Upon consideration the statements would reveal themselves to be vague and meaningless. Ask questions. ASK QUESTIONS! Who is responding this way? Was I responding this way before they told me how to respond? Are they forming my response without my even being aware of it? And what AREN'T they telling me?

Two words you should always mistrust when you hear them used together: "Some say..."

Yes, this is going to entail some activity on your part because you are going to have to find your own answers.

And those of you who are capable of more abstract complex thought...consider this: There is no such thing as an "objective documentary". The moment someone decides which way to point a camera and when to open the shutter subjectivity is running the show.

Tuesday, September 1, 2015

This Little Light

You may be asking yourself, “Has GLJ gone off the rails? Has he abandoned his life to sit drooling over a keyboard and ranting like a maniac?”

Oh ye of little faith.

First of all, I hope that my posts and blogs don’t come across as rants and rages. Someone told me I need not fear, that my concise, focused, well-honed writing wouldn’t be mistaken for “rants”.

I hope he was right.

I’ll tell you a story.

I really wanted to volunteer for the Bernie Sanders campaign. Circumstances did not allow me to participate in the categories that were specified at his campaign website. So I looked around and asked what CAN I do?

Here’s what I came up with:
1. I’m a deep thinker.
2. I’m a highly skilled writer.
3. I’m a highly skilled communicator.
4. It’s been proven repeatedly around the world that social media are effective tools for spreading messages, advancing causes. The Sanders campaign is benefiting hugely from this.

So this is what I can do…I can participate in this way.

I know that my audience is comparatively small. But we sang a song in Sunday School…“This little light of mine, I’m gonna let it shine.”

And even if I'm only preaching to the choir, I hope that the choir finds some encouragement.

You can help by sharing my FB posts and blogs when you appreciate them. “Likes” are encouraging and greatly appreciated, but “shares” put the ideas on the road.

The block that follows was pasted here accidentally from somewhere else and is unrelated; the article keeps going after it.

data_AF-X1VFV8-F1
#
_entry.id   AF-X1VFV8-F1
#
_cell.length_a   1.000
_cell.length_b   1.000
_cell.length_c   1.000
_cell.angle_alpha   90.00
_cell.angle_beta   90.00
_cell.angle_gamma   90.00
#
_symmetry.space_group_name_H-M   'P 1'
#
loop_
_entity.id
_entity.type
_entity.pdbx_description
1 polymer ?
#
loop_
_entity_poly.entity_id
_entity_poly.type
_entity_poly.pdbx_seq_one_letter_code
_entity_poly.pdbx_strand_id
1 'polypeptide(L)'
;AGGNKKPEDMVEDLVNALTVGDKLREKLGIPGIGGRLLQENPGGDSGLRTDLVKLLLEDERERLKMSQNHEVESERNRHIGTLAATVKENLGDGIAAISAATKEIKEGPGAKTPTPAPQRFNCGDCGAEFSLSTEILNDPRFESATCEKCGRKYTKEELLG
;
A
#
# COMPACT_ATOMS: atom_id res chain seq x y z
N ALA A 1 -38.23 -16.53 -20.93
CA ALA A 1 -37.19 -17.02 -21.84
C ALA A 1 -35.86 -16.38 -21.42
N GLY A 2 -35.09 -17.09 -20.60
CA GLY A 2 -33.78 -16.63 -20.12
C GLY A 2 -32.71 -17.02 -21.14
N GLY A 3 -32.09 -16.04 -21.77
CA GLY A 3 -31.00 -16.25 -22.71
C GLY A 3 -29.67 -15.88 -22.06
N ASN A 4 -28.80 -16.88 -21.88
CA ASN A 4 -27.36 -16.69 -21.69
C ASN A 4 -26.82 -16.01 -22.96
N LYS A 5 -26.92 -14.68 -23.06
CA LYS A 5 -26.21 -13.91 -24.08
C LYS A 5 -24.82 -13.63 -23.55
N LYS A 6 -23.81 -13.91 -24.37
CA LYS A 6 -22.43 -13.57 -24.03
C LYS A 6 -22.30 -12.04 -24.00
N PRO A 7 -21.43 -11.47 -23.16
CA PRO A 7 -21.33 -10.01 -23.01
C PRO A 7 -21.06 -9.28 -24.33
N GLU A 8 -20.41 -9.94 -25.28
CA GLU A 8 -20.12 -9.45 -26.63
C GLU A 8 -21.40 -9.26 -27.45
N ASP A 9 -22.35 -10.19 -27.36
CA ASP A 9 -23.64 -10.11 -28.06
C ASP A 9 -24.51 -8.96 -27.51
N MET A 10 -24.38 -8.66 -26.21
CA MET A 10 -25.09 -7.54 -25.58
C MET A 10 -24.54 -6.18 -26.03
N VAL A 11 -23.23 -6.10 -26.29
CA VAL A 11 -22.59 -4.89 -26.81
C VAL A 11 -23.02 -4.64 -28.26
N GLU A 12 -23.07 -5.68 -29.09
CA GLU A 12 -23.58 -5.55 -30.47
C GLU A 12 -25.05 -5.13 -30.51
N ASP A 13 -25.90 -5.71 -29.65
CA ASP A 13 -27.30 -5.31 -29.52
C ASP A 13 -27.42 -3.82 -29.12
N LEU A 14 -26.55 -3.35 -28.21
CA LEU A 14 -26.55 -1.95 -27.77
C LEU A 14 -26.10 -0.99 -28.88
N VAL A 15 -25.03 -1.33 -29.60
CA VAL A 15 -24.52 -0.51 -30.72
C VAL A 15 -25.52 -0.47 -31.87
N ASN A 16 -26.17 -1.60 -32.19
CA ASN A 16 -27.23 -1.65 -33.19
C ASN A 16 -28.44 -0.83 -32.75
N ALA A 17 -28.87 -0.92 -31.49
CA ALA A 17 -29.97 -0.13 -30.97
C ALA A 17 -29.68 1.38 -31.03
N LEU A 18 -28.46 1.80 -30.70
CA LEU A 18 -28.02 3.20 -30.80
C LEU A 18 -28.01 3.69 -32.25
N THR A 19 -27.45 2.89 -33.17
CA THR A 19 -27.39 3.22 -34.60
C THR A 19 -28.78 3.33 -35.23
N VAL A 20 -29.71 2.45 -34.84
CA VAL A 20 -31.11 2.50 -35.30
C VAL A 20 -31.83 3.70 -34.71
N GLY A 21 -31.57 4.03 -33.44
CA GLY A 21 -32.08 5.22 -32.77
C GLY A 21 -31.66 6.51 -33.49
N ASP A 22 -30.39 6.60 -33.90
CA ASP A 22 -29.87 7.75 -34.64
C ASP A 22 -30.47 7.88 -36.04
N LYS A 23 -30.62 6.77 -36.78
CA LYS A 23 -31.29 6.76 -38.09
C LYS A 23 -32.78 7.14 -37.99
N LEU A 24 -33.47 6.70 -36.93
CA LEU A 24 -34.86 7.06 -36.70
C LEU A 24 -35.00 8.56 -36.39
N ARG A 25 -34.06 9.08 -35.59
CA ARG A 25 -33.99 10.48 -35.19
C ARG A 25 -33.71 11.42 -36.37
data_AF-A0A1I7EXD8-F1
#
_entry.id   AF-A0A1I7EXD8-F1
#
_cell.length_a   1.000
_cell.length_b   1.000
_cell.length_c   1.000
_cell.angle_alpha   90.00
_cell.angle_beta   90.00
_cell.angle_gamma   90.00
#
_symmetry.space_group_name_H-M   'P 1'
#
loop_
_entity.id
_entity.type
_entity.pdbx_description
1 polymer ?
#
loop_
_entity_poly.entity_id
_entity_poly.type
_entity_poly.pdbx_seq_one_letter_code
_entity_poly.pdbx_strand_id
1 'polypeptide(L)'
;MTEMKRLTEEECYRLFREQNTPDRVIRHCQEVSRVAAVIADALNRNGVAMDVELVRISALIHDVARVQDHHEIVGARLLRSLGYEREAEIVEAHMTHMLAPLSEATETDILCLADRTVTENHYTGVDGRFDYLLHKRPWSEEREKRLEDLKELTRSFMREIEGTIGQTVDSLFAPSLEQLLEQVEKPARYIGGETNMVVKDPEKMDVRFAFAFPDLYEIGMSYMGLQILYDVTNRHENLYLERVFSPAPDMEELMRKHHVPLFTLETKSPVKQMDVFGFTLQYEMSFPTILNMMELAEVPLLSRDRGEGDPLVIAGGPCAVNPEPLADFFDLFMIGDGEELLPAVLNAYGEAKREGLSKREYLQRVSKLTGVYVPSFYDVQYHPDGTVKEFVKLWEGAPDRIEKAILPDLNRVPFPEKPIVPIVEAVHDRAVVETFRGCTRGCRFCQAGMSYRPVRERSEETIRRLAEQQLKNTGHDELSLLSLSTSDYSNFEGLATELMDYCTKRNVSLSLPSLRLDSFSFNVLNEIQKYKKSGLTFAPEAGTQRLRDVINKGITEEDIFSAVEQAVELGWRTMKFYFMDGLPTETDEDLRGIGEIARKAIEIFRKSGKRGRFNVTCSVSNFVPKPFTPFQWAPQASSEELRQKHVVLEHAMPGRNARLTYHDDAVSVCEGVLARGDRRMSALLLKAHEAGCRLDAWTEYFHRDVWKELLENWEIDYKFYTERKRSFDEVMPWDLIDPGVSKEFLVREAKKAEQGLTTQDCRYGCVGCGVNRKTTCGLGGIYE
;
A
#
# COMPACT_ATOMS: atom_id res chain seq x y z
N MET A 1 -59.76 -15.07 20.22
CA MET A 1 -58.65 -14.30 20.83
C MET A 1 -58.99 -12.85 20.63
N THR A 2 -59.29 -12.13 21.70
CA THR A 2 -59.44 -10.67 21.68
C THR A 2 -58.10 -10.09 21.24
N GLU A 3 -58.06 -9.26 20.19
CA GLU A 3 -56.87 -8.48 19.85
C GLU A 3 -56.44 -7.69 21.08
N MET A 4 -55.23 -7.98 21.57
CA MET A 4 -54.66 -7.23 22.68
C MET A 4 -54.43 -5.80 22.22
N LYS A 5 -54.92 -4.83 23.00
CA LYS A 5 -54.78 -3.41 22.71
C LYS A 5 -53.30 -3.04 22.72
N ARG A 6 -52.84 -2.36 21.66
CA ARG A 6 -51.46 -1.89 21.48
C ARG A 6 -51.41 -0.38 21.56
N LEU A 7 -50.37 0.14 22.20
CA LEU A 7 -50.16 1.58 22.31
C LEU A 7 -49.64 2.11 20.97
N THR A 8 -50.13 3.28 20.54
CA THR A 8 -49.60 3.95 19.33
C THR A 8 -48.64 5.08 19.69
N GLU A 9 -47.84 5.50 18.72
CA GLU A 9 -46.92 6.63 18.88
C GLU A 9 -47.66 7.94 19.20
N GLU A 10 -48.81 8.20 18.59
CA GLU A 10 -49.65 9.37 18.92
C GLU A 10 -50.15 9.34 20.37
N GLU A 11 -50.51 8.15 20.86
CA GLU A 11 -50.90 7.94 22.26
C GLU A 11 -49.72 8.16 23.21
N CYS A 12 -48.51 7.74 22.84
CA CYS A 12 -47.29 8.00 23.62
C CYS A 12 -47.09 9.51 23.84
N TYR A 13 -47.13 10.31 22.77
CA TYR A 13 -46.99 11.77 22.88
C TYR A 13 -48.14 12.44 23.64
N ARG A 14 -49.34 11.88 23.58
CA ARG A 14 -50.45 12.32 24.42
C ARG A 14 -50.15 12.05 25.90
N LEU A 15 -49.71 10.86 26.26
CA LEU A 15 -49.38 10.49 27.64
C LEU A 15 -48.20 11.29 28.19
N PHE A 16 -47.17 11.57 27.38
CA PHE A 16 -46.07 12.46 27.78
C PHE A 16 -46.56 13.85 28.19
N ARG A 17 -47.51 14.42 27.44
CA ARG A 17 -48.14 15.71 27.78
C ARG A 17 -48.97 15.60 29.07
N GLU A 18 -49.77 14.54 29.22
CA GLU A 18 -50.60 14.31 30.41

From now on when you see one of my posts I hope you think, “There’s GLJ doing volunteer work again. Now what can I do?...”

And by the way, I’m writing songs and making visual art like a madman. A new set of songs will be available soon.

Sympathy For the Victims

It's clear to even a passing glance that the current Republican Party is completely different than that of our parents and grandparents. It's similar in name only.

I've heard it put this way:

Today's Republican Party is made up of three classes.
1. Those in control. (The oligarchs, the One-Per-Centers, the corporations, the banksters.)
2. Their hired shills, (Politicians; the pundits; the media. Mercenaries who are being well compensated for their participation.)
3. The suckers. (The real people "on the ground" who are being tricked into thinking and voting in ways that serve class number 1. They are fooled with emotional triggers that get them heated up and blinded to what's really being perpetrated. Issues that are usually based around race, gender, birth choices, and all sorts of misrepresented "rights". Stink bombs. Trojan horses.)

I don't like the term "suckers". It has an unuseful pejorative tone. Sometimes "The Duped" is used in an attempt to be more conciliatory. I prefer "Victims". They are good people whose own better natures are being turned back to knife themselves in the heart. And they are coerced into grabbing the handle of the knife to help drive it in.